Hours would go by in the mediation hall where the only corner of the Earth my mind didn’t pause on was the space below my nostrils where all my attention was supposed to be. In my mind I was in Ohio again, I was 17 skipping school, I was 22 drowning in debt, I was 28 getting married to the love of my life, I was 34 about to be divorced. And then my mind stopped. I hit marriage/divorce and settled in for the long haul.

In my mind I created a whole world where Colorado could be my reality again and once I mentally opened that door, I could no more close it than focus on my upper lip as Goenka was urging me to do. When I would try to drag my mind back to the task at hand I found myself getting angry and so I would try and focus on what that felt like, but still my mind wandered.

Out of desperation I met with my teachers and told them of my fantasy world, their advice to me was “return to respiration”. Respiration has a woefully weak draw when compared with homely comforts.

As I ardently tried to focus on respiration I think I began to understand how laboring women feel when their doctor says “breathe” and they reach the point where the only possible response to such an inane suggestion is “give me drugs!” Only here drugs are not an option, my trusty stash of Valium and Ambien was confiscated at check in along with all reading materials, my laptop, and my cell phone. No way out, only ways in.
So I was left with two options… stay there and suffer, or leave and suffer. Staying offered a new way of breaking the old misery-causing habit patterns… so I trudged through.

Tuesday, November 11, 2008

Bang!

Wow. Bangkok is the real deal. No more gentle Bali, or sterile Singapore, I have arrived in Thailand’s capital and they meant it when they named it BANGkok.

After a lovely day in the Thai Airways Orchid Lounge/Singapore airport, I sort of expected to hit Bangkok running. Sadly my forward progress was impeded by the loss of my luggage. In yet another example of the silver lining that is my existence, my seat neighbor on the plane, Marc, offered to help me deal with my lack of belongings. Marc is an American who has lived in Thailand for 12 years.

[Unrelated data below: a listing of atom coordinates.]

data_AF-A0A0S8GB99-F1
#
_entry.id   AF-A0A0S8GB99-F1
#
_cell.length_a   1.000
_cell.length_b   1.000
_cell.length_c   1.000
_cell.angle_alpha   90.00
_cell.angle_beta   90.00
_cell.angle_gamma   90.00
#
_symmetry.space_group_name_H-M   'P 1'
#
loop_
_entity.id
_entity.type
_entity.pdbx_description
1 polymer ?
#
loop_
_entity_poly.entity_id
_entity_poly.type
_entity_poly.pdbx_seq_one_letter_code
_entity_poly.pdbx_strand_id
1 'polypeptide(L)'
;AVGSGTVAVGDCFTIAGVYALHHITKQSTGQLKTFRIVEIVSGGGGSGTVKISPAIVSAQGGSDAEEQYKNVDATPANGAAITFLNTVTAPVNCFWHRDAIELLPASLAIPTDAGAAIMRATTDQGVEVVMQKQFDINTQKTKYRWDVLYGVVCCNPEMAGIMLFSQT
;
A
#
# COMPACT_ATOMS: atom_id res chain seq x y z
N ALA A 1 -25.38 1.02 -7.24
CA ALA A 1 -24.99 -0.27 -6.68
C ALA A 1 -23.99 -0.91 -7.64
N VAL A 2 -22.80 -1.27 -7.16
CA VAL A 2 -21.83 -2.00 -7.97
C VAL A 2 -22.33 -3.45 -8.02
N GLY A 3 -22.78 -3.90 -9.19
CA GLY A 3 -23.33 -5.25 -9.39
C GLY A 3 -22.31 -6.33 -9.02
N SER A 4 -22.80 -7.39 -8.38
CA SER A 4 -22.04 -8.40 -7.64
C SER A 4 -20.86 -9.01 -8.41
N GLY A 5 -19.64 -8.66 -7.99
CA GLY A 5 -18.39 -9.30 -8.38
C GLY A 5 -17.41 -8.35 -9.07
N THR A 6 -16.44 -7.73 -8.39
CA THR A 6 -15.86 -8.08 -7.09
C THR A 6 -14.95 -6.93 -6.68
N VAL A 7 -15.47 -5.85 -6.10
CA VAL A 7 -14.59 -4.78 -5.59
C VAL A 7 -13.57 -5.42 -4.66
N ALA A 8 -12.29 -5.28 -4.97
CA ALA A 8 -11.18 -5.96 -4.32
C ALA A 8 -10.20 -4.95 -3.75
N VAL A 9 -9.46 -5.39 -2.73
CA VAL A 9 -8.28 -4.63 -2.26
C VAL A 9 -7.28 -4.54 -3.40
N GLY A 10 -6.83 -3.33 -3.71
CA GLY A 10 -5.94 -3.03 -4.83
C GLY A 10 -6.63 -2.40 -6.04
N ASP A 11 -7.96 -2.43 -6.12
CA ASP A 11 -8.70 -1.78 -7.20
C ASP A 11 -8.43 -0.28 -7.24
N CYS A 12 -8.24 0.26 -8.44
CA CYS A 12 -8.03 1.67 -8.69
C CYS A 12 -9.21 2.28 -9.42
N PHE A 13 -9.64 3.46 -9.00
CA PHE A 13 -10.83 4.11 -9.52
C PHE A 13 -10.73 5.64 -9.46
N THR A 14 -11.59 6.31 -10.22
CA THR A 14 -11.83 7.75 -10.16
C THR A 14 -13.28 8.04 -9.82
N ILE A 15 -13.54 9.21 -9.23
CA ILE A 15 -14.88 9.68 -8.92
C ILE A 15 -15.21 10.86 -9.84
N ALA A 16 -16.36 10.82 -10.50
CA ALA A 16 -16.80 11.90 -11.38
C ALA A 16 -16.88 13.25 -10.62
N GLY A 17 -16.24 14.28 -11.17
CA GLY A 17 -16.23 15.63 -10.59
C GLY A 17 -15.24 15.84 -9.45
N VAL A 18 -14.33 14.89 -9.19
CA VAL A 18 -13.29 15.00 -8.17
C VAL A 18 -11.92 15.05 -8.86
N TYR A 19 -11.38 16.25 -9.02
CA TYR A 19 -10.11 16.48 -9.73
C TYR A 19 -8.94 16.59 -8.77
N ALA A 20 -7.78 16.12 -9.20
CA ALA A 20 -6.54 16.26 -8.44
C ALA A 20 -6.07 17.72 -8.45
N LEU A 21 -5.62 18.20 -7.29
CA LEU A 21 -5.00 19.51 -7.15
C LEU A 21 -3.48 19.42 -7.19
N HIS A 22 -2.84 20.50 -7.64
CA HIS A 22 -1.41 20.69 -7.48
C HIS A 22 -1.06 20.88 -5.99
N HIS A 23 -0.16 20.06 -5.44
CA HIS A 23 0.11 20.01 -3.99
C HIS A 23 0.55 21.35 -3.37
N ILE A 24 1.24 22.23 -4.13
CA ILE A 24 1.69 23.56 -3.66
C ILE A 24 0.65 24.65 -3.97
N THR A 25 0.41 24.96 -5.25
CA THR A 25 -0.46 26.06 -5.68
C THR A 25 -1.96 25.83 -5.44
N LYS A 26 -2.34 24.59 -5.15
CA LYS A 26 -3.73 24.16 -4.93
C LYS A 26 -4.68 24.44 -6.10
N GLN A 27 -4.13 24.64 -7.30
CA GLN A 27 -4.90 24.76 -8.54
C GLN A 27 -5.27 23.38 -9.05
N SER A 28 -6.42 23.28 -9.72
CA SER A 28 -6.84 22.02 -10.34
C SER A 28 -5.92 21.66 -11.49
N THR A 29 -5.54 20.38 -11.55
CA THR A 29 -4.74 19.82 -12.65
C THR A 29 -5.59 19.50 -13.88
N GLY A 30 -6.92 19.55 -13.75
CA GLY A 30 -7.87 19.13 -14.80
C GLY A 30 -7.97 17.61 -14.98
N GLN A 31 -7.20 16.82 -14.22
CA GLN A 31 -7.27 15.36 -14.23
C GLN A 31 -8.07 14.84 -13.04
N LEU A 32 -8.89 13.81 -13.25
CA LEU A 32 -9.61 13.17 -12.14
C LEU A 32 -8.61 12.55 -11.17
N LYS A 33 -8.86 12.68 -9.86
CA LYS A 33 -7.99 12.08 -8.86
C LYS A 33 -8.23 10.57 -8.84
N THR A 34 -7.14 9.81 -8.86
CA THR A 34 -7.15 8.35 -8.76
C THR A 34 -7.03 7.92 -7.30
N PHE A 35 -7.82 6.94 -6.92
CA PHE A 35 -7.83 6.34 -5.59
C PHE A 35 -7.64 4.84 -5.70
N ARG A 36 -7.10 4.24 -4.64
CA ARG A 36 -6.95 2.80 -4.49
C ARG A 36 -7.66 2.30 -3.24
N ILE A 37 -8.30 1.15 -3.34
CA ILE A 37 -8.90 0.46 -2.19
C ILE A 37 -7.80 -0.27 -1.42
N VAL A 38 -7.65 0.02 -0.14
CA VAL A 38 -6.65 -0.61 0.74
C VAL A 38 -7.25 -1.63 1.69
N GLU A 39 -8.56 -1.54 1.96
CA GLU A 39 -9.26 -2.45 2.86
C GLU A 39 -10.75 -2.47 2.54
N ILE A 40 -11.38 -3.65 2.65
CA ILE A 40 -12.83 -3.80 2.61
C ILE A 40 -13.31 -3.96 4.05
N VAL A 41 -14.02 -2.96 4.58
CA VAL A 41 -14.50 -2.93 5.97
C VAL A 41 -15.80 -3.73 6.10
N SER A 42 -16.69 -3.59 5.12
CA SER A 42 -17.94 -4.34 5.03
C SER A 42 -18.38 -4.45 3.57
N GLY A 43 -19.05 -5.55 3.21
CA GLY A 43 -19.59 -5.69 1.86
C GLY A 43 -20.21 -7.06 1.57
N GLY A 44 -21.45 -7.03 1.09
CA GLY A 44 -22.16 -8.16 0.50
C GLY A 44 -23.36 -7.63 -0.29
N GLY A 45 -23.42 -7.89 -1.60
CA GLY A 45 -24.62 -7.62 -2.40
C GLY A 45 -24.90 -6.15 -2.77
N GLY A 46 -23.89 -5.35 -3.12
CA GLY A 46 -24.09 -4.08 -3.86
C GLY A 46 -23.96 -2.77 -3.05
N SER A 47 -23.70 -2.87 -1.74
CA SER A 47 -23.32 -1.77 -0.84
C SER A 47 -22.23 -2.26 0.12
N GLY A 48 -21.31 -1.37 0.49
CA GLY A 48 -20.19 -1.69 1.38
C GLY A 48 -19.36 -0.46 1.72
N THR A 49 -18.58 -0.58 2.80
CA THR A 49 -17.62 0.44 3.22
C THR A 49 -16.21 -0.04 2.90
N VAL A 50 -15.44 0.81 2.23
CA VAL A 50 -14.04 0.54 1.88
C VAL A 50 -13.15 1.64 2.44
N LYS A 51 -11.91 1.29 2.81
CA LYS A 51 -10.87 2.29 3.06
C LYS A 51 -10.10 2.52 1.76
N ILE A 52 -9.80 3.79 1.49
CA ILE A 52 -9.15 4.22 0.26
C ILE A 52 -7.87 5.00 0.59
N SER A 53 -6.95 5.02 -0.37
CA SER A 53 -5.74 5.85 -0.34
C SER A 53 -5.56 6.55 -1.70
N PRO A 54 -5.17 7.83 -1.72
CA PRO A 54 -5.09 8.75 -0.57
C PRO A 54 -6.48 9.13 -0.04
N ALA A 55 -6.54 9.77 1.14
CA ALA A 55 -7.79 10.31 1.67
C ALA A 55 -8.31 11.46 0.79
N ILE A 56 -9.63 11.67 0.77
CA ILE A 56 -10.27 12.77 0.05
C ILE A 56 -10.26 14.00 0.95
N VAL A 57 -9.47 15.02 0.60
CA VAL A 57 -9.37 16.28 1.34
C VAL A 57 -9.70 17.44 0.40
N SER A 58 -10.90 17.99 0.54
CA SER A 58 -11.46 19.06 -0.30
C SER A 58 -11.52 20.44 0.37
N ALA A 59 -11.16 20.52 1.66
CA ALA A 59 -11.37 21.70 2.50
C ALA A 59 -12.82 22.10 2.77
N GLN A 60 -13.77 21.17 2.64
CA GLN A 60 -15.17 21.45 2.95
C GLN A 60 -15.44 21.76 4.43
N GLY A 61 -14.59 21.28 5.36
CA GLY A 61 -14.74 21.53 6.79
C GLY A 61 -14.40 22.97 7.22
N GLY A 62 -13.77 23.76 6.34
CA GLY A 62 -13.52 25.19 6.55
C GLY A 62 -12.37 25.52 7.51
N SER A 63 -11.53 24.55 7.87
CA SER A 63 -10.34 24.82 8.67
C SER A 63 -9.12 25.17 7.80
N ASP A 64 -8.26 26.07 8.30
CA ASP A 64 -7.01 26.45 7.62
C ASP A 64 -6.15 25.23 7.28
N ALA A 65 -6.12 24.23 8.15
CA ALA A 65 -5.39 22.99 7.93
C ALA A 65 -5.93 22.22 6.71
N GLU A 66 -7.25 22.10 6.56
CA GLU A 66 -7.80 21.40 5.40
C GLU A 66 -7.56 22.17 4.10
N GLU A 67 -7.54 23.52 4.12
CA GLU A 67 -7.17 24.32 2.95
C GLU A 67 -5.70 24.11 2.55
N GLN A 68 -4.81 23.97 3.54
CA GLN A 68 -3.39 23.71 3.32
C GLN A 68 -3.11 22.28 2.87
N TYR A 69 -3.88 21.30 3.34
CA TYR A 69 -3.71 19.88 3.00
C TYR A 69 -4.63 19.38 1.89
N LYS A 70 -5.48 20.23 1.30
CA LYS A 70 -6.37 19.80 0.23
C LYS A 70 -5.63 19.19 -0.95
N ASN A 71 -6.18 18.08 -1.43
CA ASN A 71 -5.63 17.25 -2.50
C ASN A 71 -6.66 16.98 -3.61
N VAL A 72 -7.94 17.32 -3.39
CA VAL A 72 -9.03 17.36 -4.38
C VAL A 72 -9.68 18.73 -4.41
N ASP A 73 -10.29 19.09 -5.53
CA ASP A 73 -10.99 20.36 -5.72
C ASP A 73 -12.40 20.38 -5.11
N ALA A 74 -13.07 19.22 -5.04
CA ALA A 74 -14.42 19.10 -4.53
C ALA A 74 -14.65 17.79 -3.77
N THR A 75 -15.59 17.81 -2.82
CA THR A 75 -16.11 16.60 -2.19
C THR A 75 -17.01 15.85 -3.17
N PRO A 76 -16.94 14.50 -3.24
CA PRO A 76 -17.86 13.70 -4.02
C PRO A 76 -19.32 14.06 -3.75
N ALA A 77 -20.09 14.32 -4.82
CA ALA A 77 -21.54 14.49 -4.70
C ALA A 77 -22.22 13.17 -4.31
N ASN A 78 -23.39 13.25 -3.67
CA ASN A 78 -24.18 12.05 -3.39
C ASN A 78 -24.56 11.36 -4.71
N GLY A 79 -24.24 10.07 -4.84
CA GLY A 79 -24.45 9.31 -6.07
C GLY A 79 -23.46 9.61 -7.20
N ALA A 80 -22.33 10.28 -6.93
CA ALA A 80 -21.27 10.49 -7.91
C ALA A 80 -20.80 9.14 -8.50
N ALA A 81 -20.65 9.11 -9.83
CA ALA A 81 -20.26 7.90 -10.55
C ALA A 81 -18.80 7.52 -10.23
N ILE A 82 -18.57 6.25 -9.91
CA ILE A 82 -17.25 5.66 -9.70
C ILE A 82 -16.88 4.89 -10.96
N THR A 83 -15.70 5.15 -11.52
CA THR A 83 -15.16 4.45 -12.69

Without his Thai language skills and amazing generosity of time, I may very well still be in the Bangkok airport trying to figure out if my luggage ventured on to China or Colorado. Marc invited me to his home for dinner and to meet his wife and the rest of their household, which included their beautiful daughter and two pet squirrels.

Marc went so far as to make sure I learned how to navigate the sky train and escorted me to my hotel making certain I was settled in a safe and reasonable spot. Once again I am floored by the kindness, generosity and selflessness of people.

The next morning I decided to venture to Chatuchak, the weekend market. Some friends in Bali suggested I pay it a visit and I am a huge fan of local markets so I jumped the train and found my way north. The weekend market is huge. In fact huge is grossly inadequate as far as descriptions go. There are hundreds, thousands of stalls, arranged in a labyrinth that no cartographer would dare to try and decipher. The stalls range from cabinet-size holes to grocery store sized spaces, hawking everything from used tennis shoes to pigmy heads.

I was operating on about three hours sleep and so I was off my game. Had I been in possession of all my faculties I would have shopped like you wouldn’t believe. Alas, in my weakened state I limped away with only one skirt and a perfunctory knowledge of what I need to obtain the next time I find myself in Bangkok over a weekend.

Sunday night I decided to hit the night market. Not that I hadn’t had my fill of markets for the day, but I wasn’t really sure where else to venture to and it was only one train stop away. I should tell you now about how I chose a hotel to stay in. For many weeks I kept searching for Bangkok hotel. On each occasion I would spend an hour or so researching only to not feel quite sure about a place and decide to postpone my search for a later time. The main reason behind this is that I had NO idea which part of town to stay in.

Sure I had a Lonely Planet guide and I had asked a few friends, but my real fear was picking a hotel that was smack dab in the middle of Bangkok’s go-go dancing, gender-bending, sex district. Miraculously, I chose a hotel that is very nice, affordable and in a respectable neighborhood (photo is from the rooftop pool where I did a sunset practice), alas my outing to the night market lead me straight into the seedier part of town.

In the interest of keeping my PG rating I will not detail to list of available services here, but I will let you know that there is a whole world out there I knew nothing about and it includes sporting goods, projectiles and in some case Siamese twins.